Sweeney favoured to end long wait for local success in Dublin Marathon

Lack of elite overseas runners opens the way for first Irish men’s winner in 20 years

DSD club-mates Joe Sweeney and Maria McCambridge are the favourites to win the Airtricity Dublin Marathon on Bank Holiday Monday. Photograph: Stephen McCarthy/Sportsfile

DSD club-mates Joe Sweeney and Maria McCambridge are the favourites to win the Airtricity Dublin Marathon on Bank Holiday Monday. Photograph: Stephen McCarthy/Sportsfile

 

Not since John Treacy survived a minor hamstring cramp in the last mile to win the 1993 edition has the Dublin Marathon produced an Irish men’s winner – although the long wait, it would appear, is about to end.

Predicting marathon winners is always a risky business, especially when so much can and often does go wrong over the 26.2 miles. It doesn’t help either that this October Bank Holiday Monday is not ideal for marathon running, the stormy St Jude a little too close for comfort for the record entry of 14,500 runners.

What is certain is that there will be no elite international field, initially for financial reasons, then the logistical. Earlier this year, still without a headline sponsor, the Dublin organisers were forced to cut the elite race fund entirely, which meant no invitations were sent to the typically dominant East Africans (Kenyans, for example, winning 11 of the 19 men’s races since Treacy’s victory).

By the time Airtricity came on board as race sponsors it was too late to go back on that. By then the leading Irish marathon runners had been told Dublin was essentially there for the winning, and in fairness it was too late to go back on that, too.

All this means it will be something of an anti-climax if the first man to reach the finish at Merrion Square is not Irish, and it’s not necessarily guaranteed. The pre-race favourite is Joe Sweeney, even though he’s making his marathon debut, and if everything goes to plan for the 28 year-old Dubliner there is no reason why he can’t win.

Coached for former two-time Dublin Marathon winner Jerry Kiernan, Sweeney – all 6ft 2in of him – certainly has excellent marathon potential, racing 30km (about 20 miles), last year, in 1:34, which equates to about a 2:12 marathon. But lots of people say the marathon begins at 20 miles, and Kiernan himself is cautiously optimistic about Sweeney’s chances.

“Unless my eyes are deceiving me, Joe looks to be in pretty good shape,” says Kiernan, “and to be quite honest, I’d be disappointed if he didn’t win. Of course these things can blow up in your face, especially when it comes to your first marathon. He’s unusually tall for a marathon runner, and I would be concerned about him carting his big frame around, but he’s tough.”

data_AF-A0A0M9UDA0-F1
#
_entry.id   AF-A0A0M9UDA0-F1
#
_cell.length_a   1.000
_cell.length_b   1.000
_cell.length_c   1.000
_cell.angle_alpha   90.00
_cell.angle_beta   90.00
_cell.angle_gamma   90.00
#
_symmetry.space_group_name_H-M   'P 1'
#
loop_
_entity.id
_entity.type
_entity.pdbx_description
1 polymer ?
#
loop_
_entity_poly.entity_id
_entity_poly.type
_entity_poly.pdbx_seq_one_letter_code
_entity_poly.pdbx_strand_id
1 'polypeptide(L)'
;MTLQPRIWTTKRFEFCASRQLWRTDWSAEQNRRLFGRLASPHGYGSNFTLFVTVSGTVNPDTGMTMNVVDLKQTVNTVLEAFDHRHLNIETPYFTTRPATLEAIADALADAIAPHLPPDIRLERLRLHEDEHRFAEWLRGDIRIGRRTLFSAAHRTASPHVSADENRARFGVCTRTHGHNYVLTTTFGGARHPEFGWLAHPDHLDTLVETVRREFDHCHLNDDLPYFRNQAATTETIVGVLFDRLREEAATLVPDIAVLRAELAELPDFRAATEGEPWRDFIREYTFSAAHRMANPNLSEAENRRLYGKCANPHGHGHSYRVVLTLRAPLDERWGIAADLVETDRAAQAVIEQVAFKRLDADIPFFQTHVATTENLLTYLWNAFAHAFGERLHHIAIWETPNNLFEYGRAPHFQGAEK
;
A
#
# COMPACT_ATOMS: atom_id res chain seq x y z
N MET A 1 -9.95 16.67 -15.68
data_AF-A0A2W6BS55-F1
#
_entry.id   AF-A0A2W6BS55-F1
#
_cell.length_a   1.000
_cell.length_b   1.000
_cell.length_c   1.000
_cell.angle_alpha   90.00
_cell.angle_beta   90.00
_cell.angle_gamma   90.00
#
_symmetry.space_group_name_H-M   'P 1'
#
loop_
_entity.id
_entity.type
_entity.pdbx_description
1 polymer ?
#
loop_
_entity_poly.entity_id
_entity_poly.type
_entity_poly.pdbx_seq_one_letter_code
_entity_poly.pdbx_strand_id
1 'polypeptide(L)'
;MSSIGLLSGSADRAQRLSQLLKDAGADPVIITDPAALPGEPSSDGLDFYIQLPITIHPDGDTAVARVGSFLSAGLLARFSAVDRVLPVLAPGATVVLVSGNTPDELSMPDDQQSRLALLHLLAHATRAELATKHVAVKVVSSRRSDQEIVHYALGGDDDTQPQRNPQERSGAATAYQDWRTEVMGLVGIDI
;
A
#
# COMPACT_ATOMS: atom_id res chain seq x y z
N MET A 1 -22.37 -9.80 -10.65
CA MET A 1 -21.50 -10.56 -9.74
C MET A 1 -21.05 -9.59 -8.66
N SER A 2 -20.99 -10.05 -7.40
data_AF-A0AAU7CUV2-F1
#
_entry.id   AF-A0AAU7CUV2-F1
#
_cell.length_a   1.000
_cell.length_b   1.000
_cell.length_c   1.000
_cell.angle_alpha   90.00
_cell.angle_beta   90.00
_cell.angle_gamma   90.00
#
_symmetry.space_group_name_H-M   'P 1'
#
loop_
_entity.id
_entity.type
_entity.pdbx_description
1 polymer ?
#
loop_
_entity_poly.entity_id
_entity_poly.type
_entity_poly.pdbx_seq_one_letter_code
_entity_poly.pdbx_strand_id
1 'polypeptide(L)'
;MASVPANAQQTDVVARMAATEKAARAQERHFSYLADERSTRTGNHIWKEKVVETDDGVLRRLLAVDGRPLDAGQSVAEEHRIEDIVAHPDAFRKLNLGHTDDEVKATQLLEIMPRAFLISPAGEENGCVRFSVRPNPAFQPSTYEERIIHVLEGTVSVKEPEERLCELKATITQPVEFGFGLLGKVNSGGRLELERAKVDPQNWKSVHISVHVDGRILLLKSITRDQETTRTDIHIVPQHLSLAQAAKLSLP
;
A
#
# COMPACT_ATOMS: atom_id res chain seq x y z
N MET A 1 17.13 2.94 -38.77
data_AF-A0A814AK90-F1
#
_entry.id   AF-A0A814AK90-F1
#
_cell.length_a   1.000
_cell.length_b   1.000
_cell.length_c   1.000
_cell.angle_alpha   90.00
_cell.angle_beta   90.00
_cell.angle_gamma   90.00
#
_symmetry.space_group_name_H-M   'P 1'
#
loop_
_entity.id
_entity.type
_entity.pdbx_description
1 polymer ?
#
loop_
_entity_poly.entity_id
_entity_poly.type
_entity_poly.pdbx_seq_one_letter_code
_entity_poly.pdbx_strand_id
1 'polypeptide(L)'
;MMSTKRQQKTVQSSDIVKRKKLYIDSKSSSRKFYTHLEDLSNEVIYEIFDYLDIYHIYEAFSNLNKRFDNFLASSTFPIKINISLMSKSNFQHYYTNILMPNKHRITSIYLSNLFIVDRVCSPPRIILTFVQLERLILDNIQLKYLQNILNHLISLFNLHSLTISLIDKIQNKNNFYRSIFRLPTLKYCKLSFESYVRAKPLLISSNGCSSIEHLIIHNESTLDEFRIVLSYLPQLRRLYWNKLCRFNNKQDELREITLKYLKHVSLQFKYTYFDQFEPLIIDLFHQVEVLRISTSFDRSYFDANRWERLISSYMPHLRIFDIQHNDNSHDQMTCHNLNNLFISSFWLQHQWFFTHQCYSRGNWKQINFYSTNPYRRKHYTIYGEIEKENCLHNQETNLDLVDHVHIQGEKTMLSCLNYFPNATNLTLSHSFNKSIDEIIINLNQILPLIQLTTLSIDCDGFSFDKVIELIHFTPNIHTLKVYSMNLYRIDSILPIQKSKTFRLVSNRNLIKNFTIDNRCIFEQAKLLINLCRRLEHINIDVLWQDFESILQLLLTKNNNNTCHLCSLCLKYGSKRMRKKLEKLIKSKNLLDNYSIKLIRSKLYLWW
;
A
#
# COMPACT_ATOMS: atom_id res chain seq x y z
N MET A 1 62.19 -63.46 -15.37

One man Sweeney won’t have for company is Paul Pollock, the first Irish finisher last year, who managed ninth place overall, clocking 2:16.30, the fastest Irish men’s time run in Dublin in 13 years. Pollock isn’t running this time as he’s still recovering from his 21st place, and second European, in the World Championship marathon in Moscow just over two months ago.

But there are a couple of contenders back from last year. Clare athlete Sean Hehir, who now runs with Rathfarnham, clocked 2:17.19 in his marathon debut, and looks even better prepared this time, running 66:11 at the recent Cardiff Half Marathon, while Clonliffe runner Gary O’Hanlon is still steadily improving and has the experience over both Sweeney and Hehir.

Then there’s Moldovan-born runner Sergiu Ciobanu, based in Ireland for the last number of years and also representing Clonliffe. Ciobanu has been the first “domestic” finisher in the past, and is still a force to be reckoned with. There are also a couple of overseas runners, entered individually, who might upstage the Irish men, including Alun Evans from Wales, who can go sub 2:20.

Treacy ran 2:14.40 when he won in 1993, and even if that time is unlikely to be bettered, the sight of an Irish runner leading home the masses for the first time in 20 years would be more memorable than any finishing time.

The women’s race, also without an elite international field this year, hasn’t been waiting as long for an Irish winner, as Sonia O’Sullivan was the outright winner in 2000, just a month after winning the 5,000 metres silver medal at the Sydney Olympics. Dublin’s Maria McCambridge ran a lifetime best of 2:35.28 last year, the first Irish finisher, and although now aged 38, looks to be in similar form, having won all the Dublin countdown races.

McCambridge also knows the Dublin course extremely well, especially given it passes her family home in Rathgar, and certainly has the belief and experience to win the women’s title outright. Again, she won’t have it all her own way, with Cork’s Claire McCarthy thoroughly prepared to present a strong challenge, with veterans Pauline Curley of Tullamore Harriers and Annette Kealy of Raheny Shamrock not likely to be far away either.

Only something of a major surprise then will deny Dublin an Irish winner in both the men’s and women’s races, both of whom will drive away in a new Renault Fluence ZE electric car – the top prize, worth €30,000 – unless they still fancy running the short distance back home.

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